The Shock I Got When I Looked In The Mirror
I'm wondering if you can relate.
I am heading out to run errands and take a glance in the mirror before I leave the house. For a moment, my reflection startles me. I stop and look a little closer. Who is that old woman staring at me in the mirror? I recognize myself, and yet … I don’t.
The difference between how we look and how we feel
Your age is your age. It’s basic mathematics. For example, I was born in 1966, so I have been on earth for 55 years, and therefore, I am 55 years old. It seems simple, right? Not exactly.
“People generally have a positive bias toward the way they look and feel,” says Margaret J. King, director of the Center for Cultural Studies & Analysis. “Whatever their chronological age, they feel 15 years younger and 15 pounds lighter.”
That explains why my reflection in the mirror caught me off guard. Mentally, I know how old I am, but I was still surprised because I don’t always feel my age.
Lisa Johnson Mandell, 62, editor-in-chief of ReallyRather, doesn’t always feel her age, either. Sometimes she feels like she is 27. Mandell explains, “Dua Lipa is my jam. I can explain NFTs and blockchain to Gen Z. I work out every day, I am trimmer and have more definition than ever.”
But there are moments when Johnson Mandell says she feels like she is 87. “I’m lucky if I can stay awake past 10 p.m.,” she says. “I can’t remember the last time I had a good night’s sleep. Sometimes every bone and joint in my body feels stiff and sore. Every time I look in the mirror, I lament the fact that — at some point — my lips, eyelashes and eyebrows abandoned my face.”
The antiaging bias
I’ll admit it. When I look in the mirror I get down, especially if a night of restless sleep has accentuated my dark circles or it’s obvious that my monthly hair color is overdue. I wish I could feel confident with these normal changes, but I don’t. Part of the reason I get upset is that there is a societal age bias. Instead of always recognizing the value of age and maturity, we are told to covet youth and vitality.
Helen Fritsch, 60, founder of Age Is Irrelevant, believes that society tries to convince women that when they turn 50, they become invisible. Fritsch says, “I refuse to be dismissed. While you can’t deny your age, I also won’t let my (chronological) age interfere with how I feel, act or move.”
We are not only told that younger is better, but also bombarded by the media of ways that we can capture our fleeting youth with “antiaging” products, articles, tips, etc.
Fitness instructor Jeanette DePatie says, “I think a lot of this is driven by an industry desperate to sell people — especially women — ‘remedies’ to solve these ‘problems’ that aren’t really problems at all.”
As much as I get upset when I think I look old, my mood is equally swayed by someone — friend or stranger — telling me I look good, usually with the phrase “for your age” tacked on to the end.
While it’s meant to be complimentary, it is totally subjective. How should someone my age look? And what is wrong with a 55-year-old looking 55?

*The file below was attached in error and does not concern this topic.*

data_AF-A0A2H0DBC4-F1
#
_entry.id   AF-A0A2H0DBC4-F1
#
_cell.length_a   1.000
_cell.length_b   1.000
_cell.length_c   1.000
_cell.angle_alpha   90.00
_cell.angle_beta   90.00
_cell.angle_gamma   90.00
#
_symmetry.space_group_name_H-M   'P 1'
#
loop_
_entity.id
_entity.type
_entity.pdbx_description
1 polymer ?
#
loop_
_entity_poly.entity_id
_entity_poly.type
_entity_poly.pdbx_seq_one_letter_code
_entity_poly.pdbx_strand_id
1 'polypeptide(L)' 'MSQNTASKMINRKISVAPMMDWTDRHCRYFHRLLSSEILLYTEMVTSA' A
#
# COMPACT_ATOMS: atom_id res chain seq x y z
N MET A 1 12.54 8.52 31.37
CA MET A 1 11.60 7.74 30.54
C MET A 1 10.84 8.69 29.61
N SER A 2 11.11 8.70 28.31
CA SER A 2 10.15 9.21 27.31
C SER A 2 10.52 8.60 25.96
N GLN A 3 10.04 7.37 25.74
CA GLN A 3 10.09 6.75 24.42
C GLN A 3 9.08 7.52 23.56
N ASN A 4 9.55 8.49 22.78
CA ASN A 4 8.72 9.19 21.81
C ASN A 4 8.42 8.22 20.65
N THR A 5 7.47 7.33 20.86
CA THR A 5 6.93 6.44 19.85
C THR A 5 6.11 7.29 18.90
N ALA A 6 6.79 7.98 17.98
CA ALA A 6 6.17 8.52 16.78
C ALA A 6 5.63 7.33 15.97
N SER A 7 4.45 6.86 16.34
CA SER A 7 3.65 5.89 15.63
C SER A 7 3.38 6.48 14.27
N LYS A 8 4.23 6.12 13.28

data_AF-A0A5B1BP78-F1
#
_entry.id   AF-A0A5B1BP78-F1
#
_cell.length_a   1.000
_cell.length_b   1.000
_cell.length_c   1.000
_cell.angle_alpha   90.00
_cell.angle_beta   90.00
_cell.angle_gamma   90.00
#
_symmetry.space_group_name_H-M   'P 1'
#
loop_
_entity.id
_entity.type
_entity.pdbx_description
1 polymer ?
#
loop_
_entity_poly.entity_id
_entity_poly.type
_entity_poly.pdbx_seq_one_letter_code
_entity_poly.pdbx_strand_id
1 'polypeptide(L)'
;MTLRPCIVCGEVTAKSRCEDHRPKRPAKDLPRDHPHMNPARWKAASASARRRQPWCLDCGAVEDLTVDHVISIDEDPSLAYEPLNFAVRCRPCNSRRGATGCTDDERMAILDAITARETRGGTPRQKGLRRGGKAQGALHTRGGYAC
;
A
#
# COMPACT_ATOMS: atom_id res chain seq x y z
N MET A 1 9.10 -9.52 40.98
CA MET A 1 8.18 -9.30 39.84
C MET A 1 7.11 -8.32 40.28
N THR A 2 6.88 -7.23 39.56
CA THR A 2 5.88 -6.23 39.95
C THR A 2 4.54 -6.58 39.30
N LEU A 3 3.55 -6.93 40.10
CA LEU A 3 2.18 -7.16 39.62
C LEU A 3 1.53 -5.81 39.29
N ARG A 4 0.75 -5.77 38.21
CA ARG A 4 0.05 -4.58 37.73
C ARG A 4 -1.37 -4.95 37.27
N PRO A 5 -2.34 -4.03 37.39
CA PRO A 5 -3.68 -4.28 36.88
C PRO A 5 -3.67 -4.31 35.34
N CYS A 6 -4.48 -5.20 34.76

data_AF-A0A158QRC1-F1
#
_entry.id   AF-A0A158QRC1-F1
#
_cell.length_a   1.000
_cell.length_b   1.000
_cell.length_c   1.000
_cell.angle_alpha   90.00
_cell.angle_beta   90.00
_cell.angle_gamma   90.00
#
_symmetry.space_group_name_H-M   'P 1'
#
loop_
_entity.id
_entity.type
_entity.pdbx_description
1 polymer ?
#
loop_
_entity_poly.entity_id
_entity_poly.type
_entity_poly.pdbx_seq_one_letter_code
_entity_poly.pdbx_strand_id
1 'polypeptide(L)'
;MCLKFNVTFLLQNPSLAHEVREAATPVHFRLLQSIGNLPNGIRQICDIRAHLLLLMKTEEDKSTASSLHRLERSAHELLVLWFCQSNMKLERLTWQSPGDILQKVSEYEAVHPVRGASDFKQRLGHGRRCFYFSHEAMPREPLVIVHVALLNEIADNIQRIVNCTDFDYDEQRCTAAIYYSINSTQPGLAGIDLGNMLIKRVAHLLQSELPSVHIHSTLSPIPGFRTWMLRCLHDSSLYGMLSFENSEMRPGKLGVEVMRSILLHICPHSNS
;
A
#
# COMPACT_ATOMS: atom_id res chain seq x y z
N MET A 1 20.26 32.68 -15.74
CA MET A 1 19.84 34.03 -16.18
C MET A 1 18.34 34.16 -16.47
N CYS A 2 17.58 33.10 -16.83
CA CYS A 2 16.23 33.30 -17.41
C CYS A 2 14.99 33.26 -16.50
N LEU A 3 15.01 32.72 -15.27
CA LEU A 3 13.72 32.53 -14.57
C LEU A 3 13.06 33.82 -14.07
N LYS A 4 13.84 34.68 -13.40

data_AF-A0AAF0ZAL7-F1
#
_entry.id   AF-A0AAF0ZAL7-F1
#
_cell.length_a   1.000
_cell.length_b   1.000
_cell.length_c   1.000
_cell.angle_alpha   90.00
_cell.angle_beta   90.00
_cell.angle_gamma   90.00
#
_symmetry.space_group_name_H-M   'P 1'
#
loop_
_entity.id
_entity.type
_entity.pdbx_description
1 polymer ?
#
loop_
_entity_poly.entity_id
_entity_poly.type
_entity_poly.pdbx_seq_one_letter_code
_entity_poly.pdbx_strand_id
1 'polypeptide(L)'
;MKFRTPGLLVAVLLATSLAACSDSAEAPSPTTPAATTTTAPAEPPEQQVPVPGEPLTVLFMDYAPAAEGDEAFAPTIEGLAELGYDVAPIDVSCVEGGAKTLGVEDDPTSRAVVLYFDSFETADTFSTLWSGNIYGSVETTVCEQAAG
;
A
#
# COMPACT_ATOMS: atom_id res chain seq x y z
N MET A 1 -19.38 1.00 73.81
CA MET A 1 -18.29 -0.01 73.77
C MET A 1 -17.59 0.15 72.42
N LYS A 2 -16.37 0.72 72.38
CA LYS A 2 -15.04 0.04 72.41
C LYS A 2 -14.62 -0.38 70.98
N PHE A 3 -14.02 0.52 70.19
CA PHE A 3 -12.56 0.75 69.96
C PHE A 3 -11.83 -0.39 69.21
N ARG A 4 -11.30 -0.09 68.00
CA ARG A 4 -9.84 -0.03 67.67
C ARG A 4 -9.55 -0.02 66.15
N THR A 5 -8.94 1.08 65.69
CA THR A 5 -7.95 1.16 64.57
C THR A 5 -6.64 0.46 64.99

The mindset of aging
Some people feel empowered by leaning into the normal changes in appearance that can occur with age.
Makeup and beauty expert Claudia Fabian decided that she wanted to embrace her gray hair at age 53. Fabian states on Sparkling Silvers, “My gray hair doesn’t make me feel old. It makes me feel rebellious. It’s like a big middle finger to the unrealistic and ageist views we have about women.”
While Fabian feels confident rocking gray hair, other women may not — and that choice is OK, too.
Travel writer Nikki Webster, 47, hears from people all the time that she doesn’t look her age. She openly shares that she has had Botox fillers and laser facial eyebrows tattooing, and rocks hair extensions most of the year.
“Some people tell me to give it up,” Webster explains, “but my response is ‘Why should I if I still have it?’ They think I should embrace my age, and I say, ‘I do!’ I am not denying that I am 47. Society wants to put everyone in a category and then tell them what they think is appropriate. I disagree — you get to decide how you feel, and this choice is a mindset.”
Facing the woman in the mirror
Melissa Petersen, founder of the Human Longevity Institute, says, “What it really means to be an ‘age’ isn’t about good genes, a specific diet, cutting edge therapies, lotions, peptides or supplements — although, these all do slow down the aging process. Age is experienced, understood and expressed as a result of our perception.”
While your chronological age is nonnegotiable, how old you perceive yourself to be is totally up to you. And while attitude and mindset about aging come from within, outward appearance can play a role, too. If coloring your hair or doing some tweaks feel right for you, go for it! If not, don’t feel pressured.
And regardless of what you choose, let your peers do the same without fear of judgment.
Yes, seeing our reflection in the mirror as we get age can sometimes be a little shocking. But it should also make us feel fortunate. After all, not everyone gets the opportunity to grow older. So if you are seeing an older, more mature reflection, always remind yourself you are lucky, strong and beautiful — age spots and all.